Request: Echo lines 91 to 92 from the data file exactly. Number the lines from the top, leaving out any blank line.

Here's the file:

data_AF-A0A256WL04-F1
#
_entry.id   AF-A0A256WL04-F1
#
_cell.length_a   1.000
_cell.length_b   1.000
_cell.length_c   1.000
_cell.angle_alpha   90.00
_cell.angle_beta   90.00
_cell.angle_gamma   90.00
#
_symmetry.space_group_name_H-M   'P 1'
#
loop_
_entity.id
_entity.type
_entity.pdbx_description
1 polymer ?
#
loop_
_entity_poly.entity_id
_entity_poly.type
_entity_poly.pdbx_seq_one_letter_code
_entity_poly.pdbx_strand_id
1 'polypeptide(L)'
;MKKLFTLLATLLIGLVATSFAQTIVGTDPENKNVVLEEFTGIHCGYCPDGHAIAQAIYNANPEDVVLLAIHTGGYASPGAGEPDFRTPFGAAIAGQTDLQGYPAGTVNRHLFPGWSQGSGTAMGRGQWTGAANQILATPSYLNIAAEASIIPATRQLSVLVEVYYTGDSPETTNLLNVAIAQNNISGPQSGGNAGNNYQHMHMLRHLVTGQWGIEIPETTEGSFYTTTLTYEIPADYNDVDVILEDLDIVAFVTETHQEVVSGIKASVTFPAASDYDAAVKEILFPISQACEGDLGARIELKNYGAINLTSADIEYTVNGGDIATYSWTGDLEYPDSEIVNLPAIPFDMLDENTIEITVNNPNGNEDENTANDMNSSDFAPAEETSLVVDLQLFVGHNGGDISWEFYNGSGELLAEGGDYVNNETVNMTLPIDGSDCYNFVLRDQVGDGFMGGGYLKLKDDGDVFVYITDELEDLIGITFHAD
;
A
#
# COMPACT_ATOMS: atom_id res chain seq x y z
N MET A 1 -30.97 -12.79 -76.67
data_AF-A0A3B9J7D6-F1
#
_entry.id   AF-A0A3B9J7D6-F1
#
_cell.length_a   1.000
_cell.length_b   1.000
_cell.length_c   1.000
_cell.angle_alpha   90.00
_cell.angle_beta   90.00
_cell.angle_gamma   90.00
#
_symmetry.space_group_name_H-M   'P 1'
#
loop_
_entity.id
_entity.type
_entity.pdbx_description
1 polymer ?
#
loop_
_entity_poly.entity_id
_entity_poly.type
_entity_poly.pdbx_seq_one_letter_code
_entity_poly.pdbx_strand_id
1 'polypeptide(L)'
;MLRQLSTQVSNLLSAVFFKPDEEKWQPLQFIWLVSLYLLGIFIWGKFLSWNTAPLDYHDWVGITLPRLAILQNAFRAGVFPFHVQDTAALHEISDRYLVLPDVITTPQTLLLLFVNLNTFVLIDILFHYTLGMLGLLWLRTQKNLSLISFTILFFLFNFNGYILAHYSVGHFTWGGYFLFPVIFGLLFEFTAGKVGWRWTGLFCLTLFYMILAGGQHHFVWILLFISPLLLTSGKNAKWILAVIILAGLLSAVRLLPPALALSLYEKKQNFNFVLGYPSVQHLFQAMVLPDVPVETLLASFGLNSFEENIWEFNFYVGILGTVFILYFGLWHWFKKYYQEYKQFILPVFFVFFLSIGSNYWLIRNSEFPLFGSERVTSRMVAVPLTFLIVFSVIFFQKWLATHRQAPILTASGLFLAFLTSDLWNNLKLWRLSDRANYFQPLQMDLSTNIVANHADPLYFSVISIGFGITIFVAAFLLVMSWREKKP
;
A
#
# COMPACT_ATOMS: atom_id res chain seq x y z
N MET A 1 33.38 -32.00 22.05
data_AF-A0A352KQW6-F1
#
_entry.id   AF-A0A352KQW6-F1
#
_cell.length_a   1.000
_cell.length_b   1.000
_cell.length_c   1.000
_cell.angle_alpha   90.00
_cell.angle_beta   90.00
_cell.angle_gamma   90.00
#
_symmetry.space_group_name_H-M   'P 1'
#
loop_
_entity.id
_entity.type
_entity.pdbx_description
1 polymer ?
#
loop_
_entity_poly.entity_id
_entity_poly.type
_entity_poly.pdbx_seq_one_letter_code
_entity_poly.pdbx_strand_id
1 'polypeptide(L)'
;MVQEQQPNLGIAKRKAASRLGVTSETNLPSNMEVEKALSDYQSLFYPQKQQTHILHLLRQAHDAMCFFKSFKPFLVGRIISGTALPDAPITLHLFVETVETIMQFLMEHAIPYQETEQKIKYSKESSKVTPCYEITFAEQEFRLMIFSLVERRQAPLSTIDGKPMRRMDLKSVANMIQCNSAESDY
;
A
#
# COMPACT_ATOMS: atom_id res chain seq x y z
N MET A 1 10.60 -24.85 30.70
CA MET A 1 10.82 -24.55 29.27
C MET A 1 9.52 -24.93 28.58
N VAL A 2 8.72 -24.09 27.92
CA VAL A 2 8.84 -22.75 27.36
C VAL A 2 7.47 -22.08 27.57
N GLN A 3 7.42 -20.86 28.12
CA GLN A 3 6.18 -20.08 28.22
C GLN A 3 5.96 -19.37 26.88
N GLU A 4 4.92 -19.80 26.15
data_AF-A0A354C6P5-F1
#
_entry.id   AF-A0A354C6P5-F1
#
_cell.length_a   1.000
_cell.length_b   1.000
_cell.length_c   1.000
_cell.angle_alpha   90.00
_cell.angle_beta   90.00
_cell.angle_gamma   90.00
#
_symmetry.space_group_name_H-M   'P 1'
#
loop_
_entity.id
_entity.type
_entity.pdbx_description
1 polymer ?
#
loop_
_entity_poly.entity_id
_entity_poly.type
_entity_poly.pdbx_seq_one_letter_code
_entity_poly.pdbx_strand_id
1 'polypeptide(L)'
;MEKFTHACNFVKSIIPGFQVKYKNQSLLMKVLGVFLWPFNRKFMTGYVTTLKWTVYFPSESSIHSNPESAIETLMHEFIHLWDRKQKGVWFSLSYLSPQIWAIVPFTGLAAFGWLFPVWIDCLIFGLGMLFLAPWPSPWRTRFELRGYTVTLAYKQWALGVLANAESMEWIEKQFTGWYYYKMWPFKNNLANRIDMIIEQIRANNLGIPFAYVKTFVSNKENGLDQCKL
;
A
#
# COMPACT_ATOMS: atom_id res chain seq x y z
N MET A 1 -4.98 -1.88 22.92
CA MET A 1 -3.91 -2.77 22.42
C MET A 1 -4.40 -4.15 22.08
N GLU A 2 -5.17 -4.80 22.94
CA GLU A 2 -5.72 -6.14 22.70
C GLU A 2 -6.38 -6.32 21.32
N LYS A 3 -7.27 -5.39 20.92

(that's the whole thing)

#
# COMPACT_ATOMS: atom_id res chain seq x y z